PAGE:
Only birds have feathers, and every bird has them. Feathers define birds.
Feathers provide insulation. Soft down feathers next to the body trap air, while contour feathers on the surface streamline the bird and shield it against wind and rain. Feathers can be puffed up or sliced down so birds can warm up or cool off.
Swifts have bristly feathers about their mouths to help them catch insects in flight. Stiff tail feathers prop woodpeckers up against trees as they hammer away. Feathers are also used in displays, as when a turkey fans its tail. The movement of a cardinal’s crest signals its moods. A red-winged blackbird displays his red wing patches to defend his territory and attract a mate. Some feathers even help make sounds. Snipes attract mates with a chattering made by their outer tail feathers as they dive through the air.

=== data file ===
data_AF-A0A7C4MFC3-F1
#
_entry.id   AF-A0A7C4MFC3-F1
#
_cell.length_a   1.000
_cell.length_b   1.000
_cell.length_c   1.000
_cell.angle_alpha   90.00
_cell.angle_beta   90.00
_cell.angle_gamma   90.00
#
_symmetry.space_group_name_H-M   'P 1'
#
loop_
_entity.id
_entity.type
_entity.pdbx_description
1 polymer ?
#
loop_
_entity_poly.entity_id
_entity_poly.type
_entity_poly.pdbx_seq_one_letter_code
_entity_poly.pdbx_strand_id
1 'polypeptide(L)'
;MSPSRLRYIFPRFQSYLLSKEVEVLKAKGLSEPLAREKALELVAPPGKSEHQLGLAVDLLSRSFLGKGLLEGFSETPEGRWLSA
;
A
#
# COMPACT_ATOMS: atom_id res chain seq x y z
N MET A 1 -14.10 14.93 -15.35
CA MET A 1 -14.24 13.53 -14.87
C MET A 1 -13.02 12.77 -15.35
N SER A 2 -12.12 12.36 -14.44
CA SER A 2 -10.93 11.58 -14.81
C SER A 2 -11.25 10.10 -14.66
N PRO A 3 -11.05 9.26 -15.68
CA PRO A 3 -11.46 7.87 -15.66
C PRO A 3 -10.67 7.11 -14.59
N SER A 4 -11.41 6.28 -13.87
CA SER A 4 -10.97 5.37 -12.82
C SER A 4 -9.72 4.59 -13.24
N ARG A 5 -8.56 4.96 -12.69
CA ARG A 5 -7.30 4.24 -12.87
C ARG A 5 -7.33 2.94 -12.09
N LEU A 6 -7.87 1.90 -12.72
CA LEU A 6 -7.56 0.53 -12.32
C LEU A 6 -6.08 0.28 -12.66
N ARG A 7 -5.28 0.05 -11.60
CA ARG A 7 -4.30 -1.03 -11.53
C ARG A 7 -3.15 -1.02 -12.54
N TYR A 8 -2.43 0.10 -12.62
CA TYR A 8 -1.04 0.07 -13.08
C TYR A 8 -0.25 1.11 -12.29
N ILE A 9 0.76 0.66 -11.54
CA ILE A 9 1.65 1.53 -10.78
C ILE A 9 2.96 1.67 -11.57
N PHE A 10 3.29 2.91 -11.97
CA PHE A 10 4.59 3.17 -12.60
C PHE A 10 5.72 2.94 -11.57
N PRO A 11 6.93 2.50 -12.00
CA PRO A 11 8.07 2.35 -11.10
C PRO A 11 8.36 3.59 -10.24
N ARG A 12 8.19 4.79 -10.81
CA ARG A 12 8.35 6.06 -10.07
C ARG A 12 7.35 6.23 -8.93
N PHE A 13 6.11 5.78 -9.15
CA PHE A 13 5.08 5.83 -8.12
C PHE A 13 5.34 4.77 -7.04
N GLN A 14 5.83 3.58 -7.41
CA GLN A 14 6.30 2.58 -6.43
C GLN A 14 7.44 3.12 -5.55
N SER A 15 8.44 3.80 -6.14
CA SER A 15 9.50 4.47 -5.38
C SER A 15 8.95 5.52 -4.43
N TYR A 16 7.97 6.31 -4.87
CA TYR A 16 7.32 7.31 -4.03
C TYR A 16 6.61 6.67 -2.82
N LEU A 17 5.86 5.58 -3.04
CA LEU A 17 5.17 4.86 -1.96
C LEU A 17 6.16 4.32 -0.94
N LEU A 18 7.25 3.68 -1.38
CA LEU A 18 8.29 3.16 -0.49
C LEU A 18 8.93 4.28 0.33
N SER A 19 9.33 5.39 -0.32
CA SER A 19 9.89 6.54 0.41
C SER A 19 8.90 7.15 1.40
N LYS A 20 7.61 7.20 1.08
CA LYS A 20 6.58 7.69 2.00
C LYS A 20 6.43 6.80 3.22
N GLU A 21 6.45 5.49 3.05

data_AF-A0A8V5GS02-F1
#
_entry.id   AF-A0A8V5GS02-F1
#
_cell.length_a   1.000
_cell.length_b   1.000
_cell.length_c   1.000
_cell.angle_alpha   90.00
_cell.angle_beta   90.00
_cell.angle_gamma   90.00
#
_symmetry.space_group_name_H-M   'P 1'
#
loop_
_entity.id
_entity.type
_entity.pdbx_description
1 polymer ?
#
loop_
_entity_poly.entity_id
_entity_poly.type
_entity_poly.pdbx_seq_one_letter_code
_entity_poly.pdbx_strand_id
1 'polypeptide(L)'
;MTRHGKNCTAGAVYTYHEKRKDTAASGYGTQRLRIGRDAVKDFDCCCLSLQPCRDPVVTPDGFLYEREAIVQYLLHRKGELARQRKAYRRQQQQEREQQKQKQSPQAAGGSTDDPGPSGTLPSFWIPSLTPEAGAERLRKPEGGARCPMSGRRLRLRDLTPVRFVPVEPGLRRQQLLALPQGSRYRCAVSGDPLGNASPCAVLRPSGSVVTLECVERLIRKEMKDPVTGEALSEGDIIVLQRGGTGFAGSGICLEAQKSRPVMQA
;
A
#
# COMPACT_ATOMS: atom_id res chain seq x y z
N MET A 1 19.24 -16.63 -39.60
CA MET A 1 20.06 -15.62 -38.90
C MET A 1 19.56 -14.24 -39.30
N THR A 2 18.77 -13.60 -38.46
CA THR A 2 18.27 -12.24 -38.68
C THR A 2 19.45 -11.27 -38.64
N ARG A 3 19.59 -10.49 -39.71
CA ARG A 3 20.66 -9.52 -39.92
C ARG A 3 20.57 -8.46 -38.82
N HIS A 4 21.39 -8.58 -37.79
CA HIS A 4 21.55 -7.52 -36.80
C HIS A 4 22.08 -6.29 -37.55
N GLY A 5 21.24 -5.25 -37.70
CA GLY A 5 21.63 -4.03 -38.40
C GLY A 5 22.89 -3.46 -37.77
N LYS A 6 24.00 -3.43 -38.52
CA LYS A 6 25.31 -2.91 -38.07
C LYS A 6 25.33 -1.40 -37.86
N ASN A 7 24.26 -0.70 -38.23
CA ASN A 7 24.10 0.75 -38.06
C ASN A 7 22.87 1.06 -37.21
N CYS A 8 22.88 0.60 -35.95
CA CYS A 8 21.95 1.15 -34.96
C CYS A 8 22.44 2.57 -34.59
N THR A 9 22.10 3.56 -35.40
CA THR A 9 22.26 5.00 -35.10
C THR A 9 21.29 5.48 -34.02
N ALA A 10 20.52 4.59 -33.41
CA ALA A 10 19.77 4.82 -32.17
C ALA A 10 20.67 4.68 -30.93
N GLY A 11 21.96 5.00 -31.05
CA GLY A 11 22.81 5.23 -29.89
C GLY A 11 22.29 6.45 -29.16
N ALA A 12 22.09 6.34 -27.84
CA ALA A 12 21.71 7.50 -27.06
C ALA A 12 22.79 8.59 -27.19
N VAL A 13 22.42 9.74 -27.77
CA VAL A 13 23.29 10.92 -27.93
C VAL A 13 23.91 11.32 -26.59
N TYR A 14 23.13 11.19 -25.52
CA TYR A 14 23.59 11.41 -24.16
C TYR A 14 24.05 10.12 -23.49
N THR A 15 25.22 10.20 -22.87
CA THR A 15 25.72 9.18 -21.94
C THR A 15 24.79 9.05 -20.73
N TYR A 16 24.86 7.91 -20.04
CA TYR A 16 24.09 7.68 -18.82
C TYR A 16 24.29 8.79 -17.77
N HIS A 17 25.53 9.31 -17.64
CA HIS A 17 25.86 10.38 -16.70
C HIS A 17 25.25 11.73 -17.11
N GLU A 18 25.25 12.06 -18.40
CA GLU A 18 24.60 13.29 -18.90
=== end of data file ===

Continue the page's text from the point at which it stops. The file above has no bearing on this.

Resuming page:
Flight, of course, is the most obvious function of feathers. A wing feather may be nature’s strongest material for its weight. Surprisingly, the strength of a feather is related to its color, white is the most brittle, and black the most durable. Thus even white birds, such as snow geese, often have black wing tips.
Material sourced from former MDC Ornithologist, James D. Wilson.
Birds of a Feather
- Feathers help keep birds warm and dry. They are water resistant and in some birds like ducks, waterproof.
- The most important and numerous feathers are contour feathers. These cover the body, wings, and tail.
- Underneath their outer feathers, birds have a softer layer of feathers called down. Down is soft and fuzzy and helps keep birds warm.
- Baby birds, called chicks, are covered with nothing but downy feathers when they hatch. This keeps them protected until they grow in adult feathers.
- Feathers are very light but extremely strong.
- A single feather may have more than a million individual parts. Most of these are microscopic.